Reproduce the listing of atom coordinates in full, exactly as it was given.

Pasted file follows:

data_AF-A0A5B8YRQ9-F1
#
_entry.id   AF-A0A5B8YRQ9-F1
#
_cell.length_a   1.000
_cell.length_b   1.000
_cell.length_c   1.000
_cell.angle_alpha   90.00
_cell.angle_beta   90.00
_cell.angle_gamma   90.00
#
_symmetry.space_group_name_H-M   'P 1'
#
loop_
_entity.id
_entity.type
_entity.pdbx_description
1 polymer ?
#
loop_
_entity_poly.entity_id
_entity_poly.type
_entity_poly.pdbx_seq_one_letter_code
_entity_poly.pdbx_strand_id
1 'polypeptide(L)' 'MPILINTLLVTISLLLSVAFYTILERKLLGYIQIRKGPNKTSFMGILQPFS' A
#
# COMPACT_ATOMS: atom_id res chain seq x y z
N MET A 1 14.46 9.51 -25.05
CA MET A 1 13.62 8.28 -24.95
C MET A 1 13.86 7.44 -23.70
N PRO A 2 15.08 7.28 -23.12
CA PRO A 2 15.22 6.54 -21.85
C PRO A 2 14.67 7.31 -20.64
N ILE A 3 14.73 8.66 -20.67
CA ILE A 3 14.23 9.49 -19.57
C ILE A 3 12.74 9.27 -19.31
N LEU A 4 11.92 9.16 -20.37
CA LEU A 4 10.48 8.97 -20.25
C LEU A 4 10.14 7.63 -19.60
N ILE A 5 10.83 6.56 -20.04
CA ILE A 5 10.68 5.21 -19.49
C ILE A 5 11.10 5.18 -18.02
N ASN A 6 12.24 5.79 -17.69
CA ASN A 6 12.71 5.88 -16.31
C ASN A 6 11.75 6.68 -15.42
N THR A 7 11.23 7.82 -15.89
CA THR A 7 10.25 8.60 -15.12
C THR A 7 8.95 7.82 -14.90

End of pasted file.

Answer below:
data_AF-A0A5B8YRQ9-F1
#
_entry.id   AF-A0A5B8YRQ9-F1
#
_cell.length_a   1.000
_cell.length_b   1.000
_cell.length_c   1.000
_cell.angle_alpha   90.00
_cell.angle_beta   90.00
_cell.angle_gamma   90.00
#
_symmetry.space_group_name_H-M   'P 1'
#
loop_
_entity.id
_entity.type
_entity.pdbx_description
1 polymer ?
#
loop_
_entity_poly.entity_id
_entity_poly.type
_entity_poly.pdbx_seq_one_letter_code
_entity_poly.pdbx_strand_id
1 'polypeptide(L)' 'MPILINTLLVTISLLLSVAFYTILERKLLGYIQIRKGPNKTSFMGILQPFS' A
#
# COMPACT_ATOMS: atom_id res chain seq x y z
N MET A 1 14.46 9.51 -25.05
CA MET A 1 13.62 8.28 -24.95
C MET A 1 13.86 7.44 -23.70
N PRO A 2 15.08 7.28 -23.12
CA PRO A 2 15.22 6.54 -21.85
C PRO A 2 14.67 7.31 -20.64
N ILE A 3 14.73 8.66 -20.67
CA ILE A 3 14.23 9.49 -19.57
C ILE A 3 12.74 9.27 -19.31
N LEU A 4 11.92 9.16 -20.37
CA LEU A 4 10.48 8.97 -20.25
C LEU A 4 10.14 7.63 -19.60
N ILE A 5 10.83 6.56 -20.04
CA ILE A 5 10.68 5.21 -19.49
C ILE A 5 11.10 5.18 -18.02
N ASN A 6 12.24 5.79 -17.69
CA ASN A 6 12.71 5.88 -16.31
C ASN A 6 11.75 6.68 -15.42
N THR A 7 11.23 7.82 -15.89
CA THR A 7 10.25 8.60 -15.12
C THR A 7 8.95 7.82 -14.90